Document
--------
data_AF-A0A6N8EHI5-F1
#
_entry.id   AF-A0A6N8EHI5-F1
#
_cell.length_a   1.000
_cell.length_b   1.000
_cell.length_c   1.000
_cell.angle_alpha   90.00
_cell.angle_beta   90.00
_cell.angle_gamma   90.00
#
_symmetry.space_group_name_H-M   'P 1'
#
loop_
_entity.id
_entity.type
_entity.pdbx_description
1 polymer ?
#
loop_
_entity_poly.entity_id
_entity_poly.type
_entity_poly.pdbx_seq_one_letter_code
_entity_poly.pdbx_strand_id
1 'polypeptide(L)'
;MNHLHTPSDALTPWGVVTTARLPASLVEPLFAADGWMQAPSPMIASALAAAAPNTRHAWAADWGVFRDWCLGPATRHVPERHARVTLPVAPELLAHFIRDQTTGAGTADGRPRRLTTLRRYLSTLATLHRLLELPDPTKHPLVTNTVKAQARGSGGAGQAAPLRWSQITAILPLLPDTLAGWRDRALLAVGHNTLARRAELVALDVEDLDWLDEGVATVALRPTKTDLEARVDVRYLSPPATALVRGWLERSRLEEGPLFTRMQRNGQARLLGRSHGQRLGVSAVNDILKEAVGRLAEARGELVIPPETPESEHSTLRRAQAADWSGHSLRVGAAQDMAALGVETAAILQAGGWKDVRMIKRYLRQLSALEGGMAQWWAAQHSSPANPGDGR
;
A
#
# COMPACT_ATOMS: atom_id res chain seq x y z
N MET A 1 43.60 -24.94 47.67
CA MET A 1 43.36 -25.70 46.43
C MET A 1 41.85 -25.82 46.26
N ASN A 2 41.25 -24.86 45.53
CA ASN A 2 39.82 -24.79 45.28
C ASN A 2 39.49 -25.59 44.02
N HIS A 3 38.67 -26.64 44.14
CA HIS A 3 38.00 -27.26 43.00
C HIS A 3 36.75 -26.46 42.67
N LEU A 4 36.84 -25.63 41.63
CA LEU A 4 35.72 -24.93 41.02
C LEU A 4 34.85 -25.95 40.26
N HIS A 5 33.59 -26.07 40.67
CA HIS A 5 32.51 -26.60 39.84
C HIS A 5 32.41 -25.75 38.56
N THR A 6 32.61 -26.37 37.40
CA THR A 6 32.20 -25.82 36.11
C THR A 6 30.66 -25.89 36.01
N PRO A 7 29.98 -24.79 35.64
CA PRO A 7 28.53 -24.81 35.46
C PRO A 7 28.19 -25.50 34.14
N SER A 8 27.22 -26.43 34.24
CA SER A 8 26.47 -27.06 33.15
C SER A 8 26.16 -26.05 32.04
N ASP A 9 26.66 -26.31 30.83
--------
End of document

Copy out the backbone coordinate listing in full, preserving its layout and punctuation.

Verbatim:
data_AF-A0A6N8EHI5-F1
#
_entry.id   AF-A0A6N8EHI5-F1
#
_cell.length_a   1.000
_cell.length_b   1.000
_cell.length_c   1.000
_cell.angle_alpha   90.00
_cell.angle_beta   90.00
_cell.angle_gamma   90.00
#
_symmetry.space_group_name_H-M   'P 1'
#
loop_
_entity.id
_entity.type
_entity.pdbx_description
1 polymer ?
#
loop_
_entity_poly.entity_id
_entity_poly.type
_entity_poly.pdbx_seq_one_letter_code
_entity_poly.pdbx_strand_id
1 'polypeptide(L)'
;MNHLHTPSDALTPWGVVTTARLPASLVEPLFAADGWMQAPSPMIASALAAAAPNTRHAWAADWGVFRDWCLGPATRHVPERHARVTLPVAPELLAHFIRDQTTGAGTADGRPRRLTTLRRYLSTLATLHRLLELPDPTKHPLVTNTVKAQARGSGGAGQAAPLRWSQITAILPLLPDTLAGWRDRALLAVGHNTLARRAELVALDVEDLDWLDEGVATVALRPTKTDLEARVDVRYLSPPATALVRGWLERSRLEEGPLFTRMQRNGQARLLGRSHGQRLGVSAVNDILKEAVGRLAEARGELVIPPETPESEHSTLRRAQAADWSGHSLRVGAAQDMAALGVETAAILQAGGWKDVRMIKRYLRQLSALEGGMAQWWAAQHSSPANPGDGR
;
A
#
# COMPACT_ATOMS: atom_id res chain seq x y z
N MET A 1 43.60 -24.94 47.67
CA MET A 1 43.36 -25.70 46.43
C MET A 1 41.85 -25.82 46.26
N ASN A 2 41.25 -24.86 45.53
CA ASN A 2 39.82 -24.79 45.28
C ASN A 2 39.49 -25.59 44.02
N HIS A 3 38.67 -26.64 44.14
CA HIS A 3 38.00 -27.26 43.00
C HIS A 3 36.75 -26.46 42.67
N LEU A 4 36.84 -25.63 41.63
CA LEU A 4 35.72 -24.93 41.02
C LEU A 4 34.85 -25.95 40.26
N HIS A 5 33.59 -26.07 40.67
CA HIS A 5 32.51 -26.60 39.84
C HIS A 5 32.41 -25.75 38.56
N THR A 6 32.61 -26.37 37.40
CA THR A 6 32.20 -25.82 36.11
C THR A 6 30.66 -25.89 36.01
N PRO A 7 29.98 -24.79 35.64
CA PRO A 7 28.53 -24.81 35.46
C PRO A 7 28.19 -25.50 34.14
N SER A 8 27.22 -26.43 34.24
CA SER A 8 26.47 -27.06 33.15
C SER A 8 26.16 -26.05 32.04
N ASP A 9 26.66 -26.31 30.83